Masoud and Shahnaz Garakoei were awarded the honour by Fokus magazine at a ceremony in Stockholm on Thursday. The jury of journalists, business people and figures from the voluntary sector said that the couple had “acted with exceptional courage in a life-threatening situation.”
“They have risked their own security and defended the value of democratic rights, laws and justice. Their acts are characterized by great courage and high integrity and are an inspiring role model for others.”
The couple’s ordeal started in 2003 when two men walked in their Persian restaurant in Gothenburg and asked to speak to Mr Garakoei.
“We are Bandidos. We own Hisinge and we are here to protect you from the Russian mob. Pay us and don’t tell this to anyone,” one of the men said.
Two days later, Mr. Garakoei handed over a bag with 120,000 kronor to them. His wife had wanted to go to the police, but he was afraid of what the gang might do to their children.
He later came to regret having given Bandidos the money. He started suffering from depression, and considered both divorce and suicide. Mrs Garakoei struggled to keep the restaurant up and running.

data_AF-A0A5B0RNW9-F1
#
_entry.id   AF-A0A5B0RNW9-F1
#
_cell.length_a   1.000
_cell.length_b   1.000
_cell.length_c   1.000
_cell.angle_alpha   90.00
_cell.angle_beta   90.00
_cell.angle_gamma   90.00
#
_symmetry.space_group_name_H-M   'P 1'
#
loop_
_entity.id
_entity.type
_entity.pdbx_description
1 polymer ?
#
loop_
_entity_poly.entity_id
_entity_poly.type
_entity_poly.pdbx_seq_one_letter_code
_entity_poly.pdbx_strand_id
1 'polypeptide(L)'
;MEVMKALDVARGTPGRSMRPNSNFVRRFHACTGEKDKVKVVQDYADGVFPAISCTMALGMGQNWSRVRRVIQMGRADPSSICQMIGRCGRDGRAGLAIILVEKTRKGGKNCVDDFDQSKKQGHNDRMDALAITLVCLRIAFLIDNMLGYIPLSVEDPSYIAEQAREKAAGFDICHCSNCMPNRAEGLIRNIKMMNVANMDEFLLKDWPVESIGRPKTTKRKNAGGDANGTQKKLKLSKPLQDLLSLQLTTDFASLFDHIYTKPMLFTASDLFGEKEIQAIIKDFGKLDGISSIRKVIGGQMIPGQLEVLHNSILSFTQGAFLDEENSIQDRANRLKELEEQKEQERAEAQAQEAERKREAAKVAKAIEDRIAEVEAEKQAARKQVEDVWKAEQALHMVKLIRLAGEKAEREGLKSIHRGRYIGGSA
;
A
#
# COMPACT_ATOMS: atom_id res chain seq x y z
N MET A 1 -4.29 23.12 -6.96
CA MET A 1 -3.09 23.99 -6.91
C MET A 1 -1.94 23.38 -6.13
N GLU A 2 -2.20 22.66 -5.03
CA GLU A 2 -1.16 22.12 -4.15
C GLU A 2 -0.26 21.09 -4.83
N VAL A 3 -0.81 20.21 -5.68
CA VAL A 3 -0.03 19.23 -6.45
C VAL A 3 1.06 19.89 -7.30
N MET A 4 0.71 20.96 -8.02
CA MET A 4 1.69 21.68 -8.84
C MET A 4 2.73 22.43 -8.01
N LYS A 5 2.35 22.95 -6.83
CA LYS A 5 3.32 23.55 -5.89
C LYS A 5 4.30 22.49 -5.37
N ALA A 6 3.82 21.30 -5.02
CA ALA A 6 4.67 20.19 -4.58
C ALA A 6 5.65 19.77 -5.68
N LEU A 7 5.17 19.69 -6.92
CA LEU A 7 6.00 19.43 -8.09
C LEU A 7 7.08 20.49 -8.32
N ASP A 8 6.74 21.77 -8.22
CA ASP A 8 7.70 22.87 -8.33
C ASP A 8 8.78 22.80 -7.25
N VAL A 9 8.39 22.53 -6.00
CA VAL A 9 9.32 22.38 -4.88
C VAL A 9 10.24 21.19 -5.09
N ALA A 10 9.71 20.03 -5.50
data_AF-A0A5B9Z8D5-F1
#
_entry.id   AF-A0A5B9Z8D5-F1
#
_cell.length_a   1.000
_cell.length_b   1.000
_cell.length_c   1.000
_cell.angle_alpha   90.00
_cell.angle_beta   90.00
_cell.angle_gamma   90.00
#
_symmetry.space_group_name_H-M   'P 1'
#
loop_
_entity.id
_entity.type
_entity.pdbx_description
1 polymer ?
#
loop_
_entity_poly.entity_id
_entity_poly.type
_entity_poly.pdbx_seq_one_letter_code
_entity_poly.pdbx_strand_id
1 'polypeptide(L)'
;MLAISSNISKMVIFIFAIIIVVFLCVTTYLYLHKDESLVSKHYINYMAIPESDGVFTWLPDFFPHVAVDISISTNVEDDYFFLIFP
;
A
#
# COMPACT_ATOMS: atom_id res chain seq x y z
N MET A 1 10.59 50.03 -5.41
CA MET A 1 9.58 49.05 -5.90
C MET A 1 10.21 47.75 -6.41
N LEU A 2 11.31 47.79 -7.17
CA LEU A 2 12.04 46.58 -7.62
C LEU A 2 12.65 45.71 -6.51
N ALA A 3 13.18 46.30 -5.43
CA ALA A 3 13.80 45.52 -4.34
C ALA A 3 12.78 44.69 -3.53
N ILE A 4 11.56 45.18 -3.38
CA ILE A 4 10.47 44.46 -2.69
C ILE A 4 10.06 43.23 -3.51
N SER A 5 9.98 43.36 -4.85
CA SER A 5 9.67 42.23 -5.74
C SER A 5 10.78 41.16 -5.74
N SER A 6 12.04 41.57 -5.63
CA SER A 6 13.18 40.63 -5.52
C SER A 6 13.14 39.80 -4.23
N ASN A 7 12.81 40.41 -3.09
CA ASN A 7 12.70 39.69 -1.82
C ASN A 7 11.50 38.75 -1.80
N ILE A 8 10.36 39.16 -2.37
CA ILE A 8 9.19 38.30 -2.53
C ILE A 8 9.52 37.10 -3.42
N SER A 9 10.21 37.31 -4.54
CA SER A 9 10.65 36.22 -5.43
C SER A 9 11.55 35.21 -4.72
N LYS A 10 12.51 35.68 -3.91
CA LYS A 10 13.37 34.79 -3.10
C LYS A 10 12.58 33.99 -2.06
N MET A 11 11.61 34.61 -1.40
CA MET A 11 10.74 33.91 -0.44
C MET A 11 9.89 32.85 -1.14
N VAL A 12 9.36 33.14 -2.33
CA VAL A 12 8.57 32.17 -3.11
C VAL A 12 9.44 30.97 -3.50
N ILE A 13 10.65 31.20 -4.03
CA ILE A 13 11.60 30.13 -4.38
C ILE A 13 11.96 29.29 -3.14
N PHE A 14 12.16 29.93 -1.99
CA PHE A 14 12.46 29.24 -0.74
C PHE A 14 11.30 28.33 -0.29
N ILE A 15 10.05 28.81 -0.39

A year later, when Bandidos demanded a further 120,000 kronor, Mr. Garakoei refused. He walked over to Bandidos’ headquarters, came face to face with the president and told him that he would not pay. He then ran home and called the police.
Two trials later, seven Bandidos members were convicted and many received long jail sentences for blackmail. The couple testified at the trials, despite receiving death threats.
But the threats and blackmail did not stop following the convictions. False rumors about the couple were spread in the neighborhood, their car’s tyres were slashed eight times and parts of the restaurant were vandalized.
The couple’s business also suffered – customers deserted the restaurant. The couple was ignored by the Iranian community in Gothenburg; many took the side of Iranian Mehdi Seyyed, the president of Bandidos. Even relatives stopped calling. The lives of their children were threatened and on December 26th 2005 their car was set on fire.
After this incident, a new police squad took over their case, installed cameras and an alarm system. They also made a short-lived attempt to join a witness protection programme, but soon grew tired of moving round hotel rooms and apartments rented by police.
Today the Garakoeis still live in fear of the criminal gangs. They say they would consider giving up the restaurant in exchange for peace but not without getting back what they invested.
“Why should we run away and hide? Why should we just give up everything and begin with two empty hands again? We hope a Jesus will come and save us from this restaurant,” said Shahnaz to magazine Fokus.